While most Australian riders will not automatically check where their rented bike’s horn is before starting to ride abroad — and would hardly remember where their own is at home — this low-tech, humble piece of equipment becomes a fundamental life saver when riding in Asia.
Most of us are told, in Vietnam particularly, to never stop or hesitate as a pedestrian while crossing a busy road. Hard to believe but it works. Scooters, motorcycles, trucks and tuk-tuks will calculate your speed and continue to flow around you. Stop and you are dead.
Riding a motorcycle on Indian highways requires the use of the horn constantly. This will not be seen as aggressive or impatient but as a welcome warning whether you are about to overtake or, most importantly, warning pedestrians poised to cross the highway that you are approaching … and at speed.
Be assured beeping will not elicit a road rage attack, as it would in Australia.
Some Indian National Highways cut through villages leaving pedestrians and assorted farming vehicles with no choice but to cross them for taking kids to school, driving tractors to another field or moving animals from one side to the other. Overhead pedestrian bridges are rare.
On these roads, a pedestrian’s perception is that a two-wheeled vehicle is less dangerous than a four-wheeled one since the majority of the two-wheeler traffic is composed of scooters and low-powered motorcycles.
Personal experience on North Indian Highways — riding pillion with my seasoned Indian partner — demonstrates this point. My first reaction at hearing his insisting tooting — but seeing nothing threatening around us — was of puzzlement. Why blow your horn if there are no vehicles to be overtaken or sometimes no vehicles at all? Then it dawned on me we were approaching a gap on the median strip with people crossing or waiting to cross.
A few pointers:
- Pedestrians will not dash in front of cars or trucks but they will in front of a two-wheeler.
- Have in mind that there is no way a pedestrian can determine what kind of two wheeler is approaching at a distance. They will assume you will be able to stop.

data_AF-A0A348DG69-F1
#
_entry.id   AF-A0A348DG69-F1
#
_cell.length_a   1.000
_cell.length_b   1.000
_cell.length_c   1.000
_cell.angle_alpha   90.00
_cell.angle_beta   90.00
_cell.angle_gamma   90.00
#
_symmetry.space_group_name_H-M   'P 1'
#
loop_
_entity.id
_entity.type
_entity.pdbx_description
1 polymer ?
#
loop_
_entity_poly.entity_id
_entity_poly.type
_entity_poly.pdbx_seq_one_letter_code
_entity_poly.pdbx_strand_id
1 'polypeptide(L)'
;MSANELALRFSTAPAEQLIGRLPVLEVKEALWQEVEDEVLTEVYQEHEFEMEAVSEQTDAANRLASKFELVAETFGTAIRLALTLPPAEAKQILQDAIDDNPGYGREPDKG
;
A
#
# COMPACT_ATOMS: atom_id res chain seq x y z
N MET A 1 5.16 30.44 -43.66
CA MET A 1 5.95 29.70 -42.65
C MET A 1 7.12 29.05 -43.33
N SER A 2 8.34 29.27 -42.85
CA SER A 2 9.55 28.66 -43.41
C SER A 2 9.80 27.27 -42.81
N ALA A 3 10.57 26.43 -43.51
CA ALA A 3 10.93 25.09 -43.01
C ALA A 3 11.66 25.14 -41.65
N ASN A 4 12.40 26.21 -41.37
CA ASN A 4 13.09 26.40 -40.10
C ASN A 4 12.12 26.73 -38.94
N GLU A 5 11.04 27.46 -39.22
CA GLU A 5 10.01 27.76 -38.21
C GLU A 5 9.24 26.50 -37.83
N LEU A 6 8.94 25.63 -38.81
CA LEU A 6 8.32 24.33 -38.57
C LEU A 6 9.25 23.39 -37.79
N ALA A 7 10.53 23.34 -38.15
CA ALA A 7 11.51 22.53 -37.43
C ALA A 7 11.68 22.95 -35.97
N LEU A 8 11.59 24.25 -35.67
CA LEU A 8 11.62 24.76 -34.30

- Beeping continuously to warm people that you are careering down the tarmac like a speeding bullet; that you are about 400kg heavy with luggage and that you cannot stop easily might be a lifesaving move for all involved.
- Flashing your headlamp repeatedly will definitely add to the urgency of the message. Something like Lord Shiva’s beaming Third Eye, a forewarning of impending doom.
So get that thumb and forefinger working and don’t be shy. Let them hang on in there for as long as it takes.
Imaginary third lane
On dual carriageways, median strips run unbroken for many kilometres. If you are a villager needing to move livestock or farm equipment to the other side of the highway and the nearest gap is to be found going against the oncoming traffic, well, you do just that.
If there is a shoulder, you take the shoulder and proceed against the flow. No harm in that. If there is no shoulder, well, the slow left lane will have to do. It makes total sense. The only problem is that heavy trucks cruise at low speed on the fast right lane as not to harm or inconvenience villagers, rickshaws or a herd of goats going home before sunset.
Got that? Read again if necessary.
Very thoughtful of the truckies, only it leaves you and your machine in a bit of a bind. But of course you will soon discover there is a third lane, illusory as it may seem, in between. Just enough room for you to overtake that slow-moving truck without hitting the caravan of tractors coming against you.
Divine bovine wisdom
Finding that third lane on a dual carriageway will make you feel clever, only that cows — in their divine, bovine wisdom — have discovered it first.
It is not unusual to find a group of very relaxed cows sitting pretty on a highway’s imaginary third lane.
Now the power of prayer comes in handy: “God please let them stay sitting peacefully so I can thread the needle between them, the slow truck and the villagers on bicycles coming in the wrong direction”. It all works out in the end.
You just keep your nerve … and go. Hesitating is not an option. Everybody is gauging everybody else’s moves and adjusting accordingly.
As for the cows, they KNOW they are not going to be hit.